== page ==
Posted on Wednesday 15 April 2015
Sometimes, buying the cheap option can cost you more in the long term. Consider the following example. You go out and buy a pair of winter boots for $50. They last their first winter, but during their second one the leather is cracking, the soles are worn down, and you end up replacing them. Meanwhile, your rich friend buys himself a new pair of boots for $200. They last ten years, by which time you have spent $250 on boots.
The realisation that you can spend less by spending more has spawned a philosophy of “buying it for life”. Its adherents seek out durable, high-quality goods, with lifetime warranties whenever possible. Unfortunately, it has also become a marketing term, so you will still need to do your research.
Unfortunately, dropping a whole lot of money all at once isn’t an option for everyone. Someone on a low income might have almost nothing left in the budget at the end of the month. While the obvious answer is to save money until you can afford the lifetime guaranteed item, sometimes that just isn’t the right option. Sure, you could save up for your new winter boots for six months, but snow is falling right now and you don’t want your toes to turn black and fall off. You also need to weigh spending decisions against, say, your need for an emergency fund.
There are options. Windfall income can be put to good use upgrading to durable items, your credit card can help you to spread payment over the next few months, and short-term finance can be a great option. Still, as a frugal spender who makes smart decisions with money, you should figure out when buying it for life is a good idea and when it isn’t. This guide will help.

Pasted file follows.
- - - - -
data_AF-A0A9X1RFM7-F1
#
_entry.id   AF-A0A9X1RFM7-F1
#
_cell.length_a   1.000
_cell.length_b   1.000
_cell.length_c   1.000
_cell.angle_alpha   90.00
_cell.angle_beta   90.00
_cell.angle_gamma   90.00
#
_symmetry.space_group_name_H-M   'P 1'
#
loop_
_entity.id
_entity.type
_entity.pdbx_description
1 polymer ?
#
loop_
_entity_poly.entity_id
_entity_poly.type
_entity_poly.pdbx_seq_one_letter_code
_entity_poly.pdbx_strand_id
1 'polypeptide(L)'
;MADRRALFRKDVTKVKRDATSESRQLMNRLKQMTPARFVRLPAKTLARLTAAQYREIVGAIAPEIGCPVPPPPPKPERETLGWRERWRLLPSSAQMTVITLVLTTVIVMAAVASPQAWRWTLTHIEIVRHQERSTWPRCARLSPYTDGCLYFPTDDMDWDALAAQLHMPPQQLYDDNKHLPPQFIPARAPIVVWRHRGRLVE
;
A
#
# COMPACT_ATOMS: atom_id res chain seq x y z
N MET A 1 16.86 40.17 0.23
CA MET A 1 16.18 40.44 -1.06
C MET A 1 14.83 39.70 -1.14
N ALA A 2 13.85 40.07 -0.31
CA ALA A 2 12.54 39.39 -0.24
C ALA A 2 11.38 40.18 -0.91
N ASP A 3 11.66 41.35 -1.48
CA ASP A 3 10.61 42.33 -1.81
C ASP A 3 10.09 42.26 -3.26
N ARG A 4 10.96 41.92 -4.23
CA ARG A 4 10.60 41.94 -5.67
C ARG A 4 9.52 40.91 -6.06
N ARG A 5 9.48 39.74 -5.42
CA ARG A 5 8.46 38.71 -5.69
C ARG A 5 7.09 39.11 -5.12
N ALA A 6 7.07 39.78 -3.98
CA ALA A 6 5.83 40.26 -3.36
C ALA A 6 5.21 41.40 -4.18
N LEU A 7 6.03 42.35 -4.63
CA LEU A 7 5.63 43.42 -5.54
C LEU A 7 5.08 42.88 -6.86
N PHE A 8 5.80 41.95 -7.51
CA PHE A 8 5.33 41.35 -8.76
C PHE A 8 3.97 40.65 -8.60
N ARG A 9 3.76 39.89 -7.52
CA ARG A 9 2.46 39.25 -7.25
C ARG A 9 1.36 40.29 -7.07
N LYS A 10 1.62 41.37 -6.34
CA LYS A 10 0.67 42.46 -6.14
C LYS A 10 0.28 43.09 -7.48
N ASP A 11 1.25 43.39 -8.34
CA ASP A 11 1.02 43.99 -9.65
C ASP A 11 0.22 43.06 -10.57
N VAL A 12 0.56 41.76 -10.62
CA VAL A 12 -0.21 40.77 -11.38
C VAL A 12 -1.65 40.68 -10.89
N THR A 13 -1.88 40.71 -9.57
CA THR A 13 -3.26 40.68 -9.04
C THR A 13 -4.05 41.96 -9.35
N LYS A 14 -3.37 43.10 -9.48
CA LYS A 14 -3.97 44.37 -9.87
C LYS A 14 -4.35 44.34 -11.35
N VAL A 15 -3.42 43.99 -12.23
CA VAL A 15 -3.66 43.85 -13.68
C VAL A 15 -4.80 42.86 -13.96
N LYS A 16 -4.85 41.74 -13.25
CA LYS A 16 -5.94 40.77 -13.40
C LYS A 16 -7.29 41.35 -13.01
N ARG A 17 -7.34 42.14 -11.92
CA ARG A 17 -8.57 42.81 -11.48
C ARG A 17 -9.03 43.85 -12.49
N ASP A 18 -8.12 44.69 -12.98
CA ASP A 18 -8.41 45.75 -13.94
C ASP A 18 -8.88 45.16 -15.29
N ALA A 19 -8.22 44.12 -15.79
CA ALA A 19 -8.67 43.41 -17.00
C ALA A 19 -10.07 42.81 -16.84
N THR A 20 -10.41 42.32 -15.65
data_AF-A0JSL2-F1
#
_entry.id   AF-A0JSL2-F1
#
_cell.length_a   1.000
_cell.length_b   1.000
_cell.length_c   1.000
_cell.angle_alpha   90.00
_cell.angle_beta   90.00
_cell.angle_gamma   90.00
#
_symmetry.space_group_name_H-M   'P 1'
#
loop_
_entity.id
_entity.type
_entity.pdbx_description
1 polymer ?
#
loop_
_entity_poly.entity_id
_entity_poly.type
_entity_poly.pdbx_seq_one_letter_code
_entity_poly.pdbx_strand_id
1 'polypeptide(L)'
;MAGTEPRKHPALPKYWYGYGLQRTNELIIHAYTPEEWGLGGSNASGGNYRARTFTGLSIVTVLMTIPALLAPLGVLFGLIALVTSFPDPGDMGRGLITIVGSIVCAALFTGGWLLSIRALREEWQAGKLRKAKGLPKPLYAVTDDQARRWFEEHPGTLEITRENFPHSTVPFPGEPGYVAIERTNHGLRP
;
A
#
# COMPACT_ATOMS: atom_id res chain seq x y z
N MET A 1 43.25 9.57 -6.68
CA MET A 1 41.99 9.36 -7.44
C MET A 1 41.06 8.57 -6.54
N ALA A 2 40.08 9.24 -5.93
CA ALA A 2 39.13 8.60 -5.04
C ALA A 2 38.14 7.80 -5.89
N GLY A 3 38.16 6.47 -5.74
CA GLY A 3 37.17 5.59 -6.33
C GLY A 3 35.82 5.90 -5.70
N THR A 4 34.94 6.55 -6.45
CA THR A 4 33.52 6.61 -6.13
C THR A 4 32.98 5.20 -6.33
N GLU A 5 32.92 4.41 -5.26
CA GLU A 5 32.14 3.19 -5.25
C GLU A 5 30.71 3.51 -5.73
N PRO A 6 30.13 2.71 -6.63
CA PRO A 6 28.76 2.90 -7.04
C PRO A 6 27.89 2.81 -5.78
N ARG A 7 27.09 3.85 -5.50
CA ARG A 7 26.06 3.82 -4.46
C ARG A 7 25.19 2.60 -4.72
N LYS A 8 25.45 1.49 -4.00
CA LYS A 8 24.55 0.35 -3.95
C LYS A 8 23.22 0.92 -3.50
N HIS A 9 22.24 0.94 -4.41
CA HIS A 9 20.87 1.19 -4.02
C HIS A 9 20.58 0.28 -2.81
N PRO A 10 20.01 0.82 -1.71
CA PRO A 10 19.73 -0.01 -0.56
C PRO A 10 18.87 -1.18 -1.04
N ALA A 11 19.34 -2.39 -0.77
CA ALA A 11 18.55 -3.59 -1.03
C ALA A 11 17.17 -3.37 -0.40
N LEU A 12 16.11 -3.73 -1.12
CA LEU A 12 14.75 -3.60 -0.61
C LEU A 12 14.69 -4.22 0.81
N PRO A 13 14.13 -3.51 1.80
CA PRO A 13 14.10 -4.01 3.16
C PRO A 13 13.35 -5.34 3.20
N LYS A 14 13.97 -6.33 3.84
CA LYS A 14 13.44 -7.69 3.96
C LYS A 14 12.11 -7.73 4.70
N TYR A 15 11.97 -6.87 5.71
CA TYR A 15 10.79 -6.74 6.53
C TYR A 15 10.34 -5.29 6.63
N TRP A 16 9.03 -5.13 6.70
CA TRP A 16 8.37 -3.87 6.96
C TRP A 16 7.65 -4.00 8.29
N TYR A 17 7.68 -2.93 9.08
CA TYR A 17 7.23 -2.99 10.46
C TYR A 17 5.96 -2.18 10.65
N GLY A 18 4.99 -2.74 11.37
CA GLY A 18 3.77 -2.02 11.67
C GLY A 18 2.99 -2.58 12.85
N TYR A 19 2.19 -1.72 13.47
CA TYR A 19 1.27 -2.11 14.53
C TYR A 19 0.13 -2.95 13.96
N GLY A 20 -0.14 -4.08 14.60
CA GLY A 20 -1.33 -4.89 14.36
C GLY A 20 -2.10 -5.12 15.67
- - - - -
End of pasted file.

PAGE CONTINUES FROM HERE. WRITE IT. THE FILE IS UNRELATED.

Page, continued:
How often do you use it?
Usually, the more often you use something, the more sense it makes to buy it for life. We often talk about things in terms of how many years they last, but engineers prefer to talk about Mean Time To Failure, using the amount of time that the system was actually in use. The more often you use it, the less time there will be before it stops working. If you only have one barbecue a year, you might as well buy the cheapest grill in the shop because it will probably last a lifetime, so long as the rust doesn’t get to it. On the other hand, if you can’t get out of bed in the morning without your cup of coffee, it makes a lot more sense to buy your bean grinder for life. This is where lifetime warranties really come into their own. Using almost anything daily will dramatically shorten its lifespan, but with a lifetime warranty you can just send it back for a brand new replacement.
How much will it cost over a lifetime?
It’s easy to get drawn in by promises of lifetime warranties and near-indestructibility, but make sure to compare how much the cheap alternative costs compared to the expensive buy-it-for-life model. Sometimes it is genuinely cheaper to buy the cheap, disposable option and replace it every now and then, and often the cheap version is just as usable as the expensive one right up until it stops working.
Take maintenance costs into account here, too. Many buy-it-for-life products are aimed at real enthusiasts who want that product for its own sake as much as any savings. Sure, it will last for life, and the ticket price will be cheaper than a succession of cheap alternatives. However, it might require expensive maintenance, or it might need special treatment to stay useable. Cast-iron cookware is more or less indestructible, but it needs seasoning regularly and you can’t clean it easily.
In short, buy-it-for-life can save you money, but it won’t always. You’ll need to do your own research and examine your own lifestyle to tell the difference between a good investment and an expensive gimmick. Just like every other topic in personal finance, then.